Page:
The puzzle is why they were allowed to get away with it for so long. It was not as if there were no protests in Britain. The British people have never been terribly interested in their empire, so a huge surge of feeling on the Kenya issue was unlikely. But the colony had more than its fair share of coverage in this period, both in Parliament (spearheaded by Barbara Castle, ‘that castellated bitch’, as a Kenyan attorney-general called her) and in the left-wing press. Castle and the others were helped by a stream of testimony from whistle-blowers in Kenya itself, which suggests a real unease there, among people who were decent (they would have said ‘British’) enough to object to what was going on. These included missionaries, as one would expect, although Elkins is critical of their unwillingness to speak publicly, mainly, she feels, because they needed government co-operation for their work of saving Mau Mau souls, and she accuses the Catholics of backing the colonial authorities. A number of judges, especially appeal court judges, spoke up. So did several soldiers and senior policemen, mainly those who had been sent in from Britain. Administrators like the Quaker Eileen Fletcher and even a few liberal settlers also raised their voices. They were not in time to save tens of thousands of African (and a few European) lives, though it was not for want of trying.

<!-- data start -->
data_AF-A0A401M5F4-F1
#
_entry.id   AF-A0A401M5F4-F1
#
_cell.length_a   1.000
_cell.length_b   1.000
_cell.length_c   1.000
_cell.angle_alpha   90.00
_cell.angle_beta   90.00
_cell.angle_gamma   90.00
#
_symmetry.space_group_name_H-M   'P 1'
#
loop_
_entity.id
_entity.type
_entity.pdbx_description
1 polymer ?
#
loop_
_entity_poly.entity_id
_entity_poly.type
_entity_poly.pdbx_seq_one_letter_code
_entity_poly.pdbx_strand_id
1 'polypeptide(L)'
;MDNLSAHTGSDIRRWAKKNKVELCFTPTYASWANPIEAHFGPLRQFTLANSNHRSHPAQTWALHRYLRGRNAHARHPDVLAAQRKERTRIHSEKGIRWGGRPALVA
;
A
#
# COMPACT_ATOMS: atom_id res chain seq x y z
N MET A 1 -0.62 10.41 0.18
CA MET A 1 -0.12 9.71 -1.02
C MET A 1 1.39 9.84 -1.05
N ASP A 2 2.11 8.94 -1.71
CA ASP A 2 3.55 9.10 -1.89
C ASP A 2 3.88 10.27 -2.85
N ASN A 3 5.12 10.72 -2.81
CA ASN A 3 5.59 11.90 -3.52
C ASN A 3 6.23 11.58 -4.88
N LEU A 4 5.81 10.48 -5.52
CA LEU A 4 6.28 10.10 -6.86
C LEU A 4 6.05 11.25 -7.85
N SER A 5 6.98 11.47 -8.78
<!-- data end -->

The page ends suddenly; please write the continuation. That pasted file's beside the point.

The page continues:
The critics lacked leverage over the Colonial Office, especially when the duplicitous Lennox-Boyd was in charge – a state of affairs compounded by the Colonial Office’s own lack of leverage over what was happening on the ground. This is an important and often underestimated factor in British imperial history. One thinks of an ‘empire’ as a system of control before anything else, but in Britain’s case, running its empire on a shoestring, the reality of control was very often compromised by the need to rule through – or at least with the passive connivance of – people on the ground. In Kenya, neither major group – the shady settlers or the aggrieved Africans – was an ideal vehicle for ‘indirect’ rule. The result was, as district officer Terence Gavaghan (nicknamed ‘Big Troublemaker’ by the Africans) put it, that ‘the gap between the supreme policy-makers with their grave political concerns, and the actions of local functionaries in a small remote place, was too wide for mutual comprehension or proper control.’ In other words, London would have found it difficult to change things even if it had wanted to.